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In presenting to the public another volume of the ANNUAL CYCLOPÆDIA, containing the record of the most turbulent year which the country has witnessed, the publishers trust that it will be found truthful and impartial. No efforts have been spared to secure its completeness and accuracy, and to preserve it free from every mark of partisanship.
The year 1863 was a remarkable one. Principles adopted in the previous years had gone into effect, and now manifested their results. Many new and important questions thus came up, and were discussed in Congress, by the press, and before civil tribunals. In Europe, also, similar developments were manifested, and although the conflict of arms was not so extensive or violent as in this country, the agitation of men's minds was no less deep and earnest. In these pages the effort has been made to present the facts of this seething condition, so that the reader may see what steps have been taken in public and social affairs, and how far forward they lead toward any amelioration of mankind.
Among the numerous questions discussed were those relating to confiscation, emancipation, indemnity official and pecuniary, the relations of the insurrectionary States to the Union, personal liberty, martial law, prize, the liability of Great Britain for damages done by the Alabama, the reconstruction of the map of Europe, and the reorganization of Germany.
A detailed statement of the vast military and naval operations in this country is given, which presents the movements of the armies day by day, and step by step, with the objects of those movements, and their consequences; also the efforts of the Government to improve the condition of the freedmen who came within their control, and to organize the able-bodied as soldiers; also the plans and arrangements of its immense hospitals for the sick and wounded. The military operations are illustrated with complete topographical maps of the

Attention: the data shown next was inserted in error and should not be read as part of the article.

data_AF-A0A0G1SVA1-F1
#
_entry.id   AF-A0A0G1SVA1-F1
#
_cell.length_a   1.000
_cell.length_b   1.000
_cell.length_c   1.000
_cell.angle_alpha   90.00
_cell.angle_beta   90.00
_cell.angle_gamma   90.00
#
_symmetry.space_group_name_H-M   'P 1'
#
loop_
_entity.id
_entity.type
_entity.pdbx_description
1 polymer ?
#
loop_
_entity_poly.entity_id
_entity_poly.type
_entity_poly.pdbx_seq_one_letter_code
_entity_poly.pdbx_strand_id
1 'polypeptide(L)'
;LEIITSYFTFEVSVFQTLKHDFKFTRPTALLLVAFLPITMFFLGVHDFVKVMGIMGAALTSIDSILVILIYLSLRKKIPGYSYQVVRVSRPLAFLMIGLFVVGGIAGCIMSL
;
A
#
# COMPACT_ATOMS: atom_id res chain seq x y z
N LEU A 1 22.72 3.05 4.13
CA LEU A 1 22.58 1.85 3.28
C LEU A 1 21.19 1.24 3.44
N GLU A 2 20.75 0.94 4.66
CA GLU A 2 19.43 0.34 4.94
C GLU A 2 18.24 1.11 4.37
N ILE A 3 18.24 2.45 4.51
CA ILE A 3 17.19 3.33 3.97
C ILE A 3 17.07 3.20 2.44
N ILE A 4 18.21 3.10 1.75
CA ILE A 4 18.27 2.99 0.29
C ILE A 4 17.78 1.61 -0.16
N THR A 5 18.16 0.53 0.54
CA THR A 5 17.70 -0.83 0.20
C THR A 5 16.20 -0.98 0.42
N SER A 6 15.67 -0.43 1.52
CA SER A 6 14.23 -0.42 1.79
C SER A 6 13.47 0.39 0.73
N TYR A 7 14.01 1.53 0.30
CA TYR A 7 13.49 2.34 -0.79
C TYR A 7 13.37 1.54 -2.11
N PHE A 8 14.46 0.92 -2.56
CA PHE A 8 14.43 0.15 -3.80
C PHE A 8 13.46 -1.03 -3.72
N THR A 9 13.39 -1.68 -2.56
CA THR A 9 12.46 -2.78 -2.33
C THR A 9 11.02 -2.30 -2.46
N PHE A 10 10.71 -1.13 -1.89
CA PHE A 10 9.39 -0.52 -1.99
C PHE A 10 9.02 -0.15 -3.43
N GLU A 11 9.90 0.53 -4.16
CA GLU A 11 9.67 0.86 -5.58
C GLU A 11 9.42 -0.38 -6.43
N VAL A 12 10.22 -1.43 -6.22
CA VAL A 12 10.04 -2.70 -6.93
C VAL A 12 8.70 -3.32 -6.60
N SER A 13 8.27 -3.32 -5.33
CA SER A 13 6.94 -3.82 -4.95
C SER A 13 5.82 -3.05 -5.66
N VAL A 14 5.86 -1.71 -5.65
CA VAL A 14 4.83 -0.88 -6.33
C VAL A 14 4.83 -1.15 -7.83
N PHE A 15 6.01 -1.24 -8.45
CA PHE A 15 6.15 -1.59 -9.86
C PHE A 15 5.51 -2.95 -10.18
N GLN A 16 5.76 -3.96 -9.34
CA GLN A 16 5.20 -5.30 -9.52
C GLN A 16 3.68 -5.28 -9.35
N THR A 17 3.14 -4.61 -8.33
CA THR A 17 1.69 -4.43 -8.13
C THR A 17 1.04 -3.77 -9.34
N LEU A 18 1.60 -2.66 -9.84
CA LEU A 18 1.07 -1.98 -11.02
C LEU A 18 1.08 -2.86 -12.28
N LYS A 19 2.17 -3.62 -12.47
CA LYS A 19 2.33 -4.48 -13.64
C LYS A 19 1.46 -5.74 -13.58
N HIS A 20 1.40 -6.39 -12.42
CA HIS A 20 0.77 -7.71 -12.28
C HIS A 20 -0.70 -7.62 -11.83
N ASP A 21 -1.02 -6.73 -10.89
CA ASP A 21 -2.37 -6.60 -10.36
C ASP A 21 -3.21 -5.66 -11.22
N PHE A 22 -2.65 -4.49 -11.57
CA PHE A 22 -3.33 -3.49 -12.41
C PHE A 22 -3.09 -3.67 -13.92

The details of the internal affairs of the country embrace the organization of the armies, North and South; the number and condition of the troops; the important measures and debates in Congress; the acts of State Legislatures, and resolutions of political organizations, and the results of elections; the finances of the Federal Government, and of that of the insurrectionary States, and the important public measures of the latter; the commerce of the country, and the regulations adopted for commercial intercourse with parts of the Southern States within the lines of the army; the correspondence with foreign States; the enrolment and draft, and the exchange of prisoners; the unusual popular disturbances, and all those important occurrences comprised in the history of the nation.